Stevie Wonder kicked off a 12-date tour celebrating his 1976 landmark Songs in the Key of Life, revisiting the album with a small army of musicians at a sold-out Madison Square Garden last night. Songs in the Key of Life was the most ambitious R&B album of its time — equal parts White Album and Black Moses, 104 minutes splayed across four sides of vinyl and a bonus 7-inch, a dissertation on life itself — and, accordingly, Wonder did not travel lightly to New York City. At the end of nearly three hours (including intermission) of interlocking, bombastic, heavily layered sound, Wonder shouted out 21 musicians, and that didn't include India.Arie, harmonica blazer Frédéric Yonnet and the string section in the shadows of stage right.
The whole night seemed like it was teetering on the edge of a Broadway-sized rock-pomp precipice and — thrillingly, electrically, intimately — it never went over. "Have a Talk With God" had four different percussionists playing shakers but remained heavy-footed funk; the Chick Corea-influenced "Contusion" had dual guitars progging mightily but the precise splatter of timbales and congas shined through. OK, fine, "Sir Duke" and "I Wish" were blown-out pop explosions — but would you want it any other way?
In fact, it was Wonder's warmth and humanity that kept this gaggle of monstrously talented musicians tethered to earth. He stood up to sing "Village Ghetto Land" with a string section replaying his stately Yamaha GX-1 chamber melody. "I forgot my words," he fumbled with a mid-song laugh, "I'm so excited to be here." In turn, what could have been the evening's sole maudlin moment was turned into one of the more intimate things you could witness in a stadium with a capacity of 20,000. Despite the organization and rehearsal time this endeavor must have warranted, it still felt dangerous and unscripted. After calling Life keyboardist Greg Phillinganes over for a solo in "Knocks Me off My Feet," you could see Wonder whispering in his ear, presumably to tell him that the other keyboardist, Eddie Brown, was up next. Wonder stuck to the album's track order, but that was about it.
Thanks to the freedom Wonder afforded the band, 38 years of American popular music was put in conversation with itself. Within the hard rock chug and girl-group, middle-finger harmonies of "Ordinary Pain," you could hear En Vogue being invented or answered. The electro-rock of "All Day Sucker" felt like it could have explored the galaxy with Eighties robo-funkers like Breakwater and Midnight Star. The swerving vocals on "Joy Inside My Tears" were stunning, like the singer was constructing the bridge that brought us from Ray Charles to Michael Jackson.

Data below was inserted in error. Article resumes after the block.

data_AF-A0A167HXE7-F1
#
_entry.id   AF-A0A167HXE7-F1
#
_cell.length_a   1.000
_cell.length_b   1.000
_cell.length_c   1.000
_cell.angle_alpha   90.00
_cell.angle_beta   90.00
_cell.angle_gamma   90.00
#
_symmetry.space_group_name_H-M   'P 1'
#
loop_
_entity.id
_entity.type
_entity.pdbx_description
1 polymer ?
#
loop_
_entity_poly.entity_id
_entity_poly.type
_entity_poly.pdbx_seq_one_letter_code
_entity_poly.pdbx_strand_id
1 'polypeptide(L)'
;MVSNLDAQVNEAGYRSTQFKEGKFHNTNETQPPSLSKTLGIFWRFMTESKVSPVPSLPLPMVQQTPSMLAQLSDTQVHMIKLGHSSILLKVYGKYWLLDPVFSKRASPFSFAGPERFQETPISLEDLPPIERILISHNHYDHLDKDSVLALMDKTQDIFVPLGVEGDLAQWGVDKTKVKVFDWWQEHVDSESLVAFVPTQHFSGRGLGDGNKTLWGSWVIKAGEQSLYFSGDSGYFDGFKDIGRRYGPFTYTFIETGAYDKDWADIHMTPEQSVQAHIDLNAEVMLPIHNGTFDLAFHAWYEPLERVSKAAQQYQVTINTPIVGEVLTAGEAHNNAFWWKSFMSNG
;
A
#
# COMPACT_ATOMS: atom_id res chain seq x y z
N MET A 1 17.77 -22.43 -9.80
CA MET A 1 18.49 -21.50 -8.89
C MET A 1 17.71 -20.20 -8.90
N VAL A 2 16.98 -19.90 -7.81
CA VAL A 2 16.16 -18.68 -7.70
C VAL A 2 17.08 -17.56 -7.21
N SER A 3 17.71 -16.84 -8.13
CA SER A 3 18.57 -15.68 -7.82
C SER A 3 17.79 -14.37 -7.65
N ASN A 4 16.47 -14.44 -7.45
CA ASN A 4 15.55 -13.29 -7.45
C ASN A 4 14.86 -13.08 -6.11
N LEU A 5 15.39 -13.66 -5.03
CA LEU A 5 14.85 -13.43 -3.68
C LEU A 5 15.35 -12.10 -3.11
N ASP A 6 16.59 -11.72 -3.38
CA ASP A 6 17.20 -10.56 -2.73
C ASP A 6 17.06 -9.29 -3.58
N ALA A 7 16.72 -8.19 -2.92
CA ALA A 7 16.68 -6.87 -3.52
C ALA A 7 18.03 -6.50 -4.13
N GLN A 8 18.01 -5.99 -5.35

And sure, Stevie sang about the "Joy Inside My Tears," but, 38 years later, he was really plumbing tears inside his joy. In "Summer Soft," he seemed like he was at the verge of crying, and "Joy" itself served as the evening's second emotional climax, with Wonder standing up and pounding on the lid of piano to where the whams were getting picked up in the mic. He dedicated "Black Man" to a family in the audience who lost a child in the Sandy Hook Massacre. He performed "If It's Magic" solo, singing alongside the original Dorothy Ashby recording and reminding the audience of the late harpist's greatness. The subject of "Isn't She Lovely," his first child, Aisha Morris, sings background vocals in Wonder's band, and she performed the tune while holding her toddler half-sister.
After the last notes of album closer "Another Star," Wonder enthused "Yes, we did it!" in an exclamation that seemed equal parts celebration and relief. He walked off during a horn-drenched, eight-minute version of "Superstition" that devolved into the same whimsical spirit of the evening, the background singers dancing around and Whoopi Goldberg appearing on stage, a closer that was equal parts free-spirited, triumphant and huge. Fitting an album that attempted to capture the nuance of existence, the show is possibly 2014's greatest testament to the limitless potential of American music itself.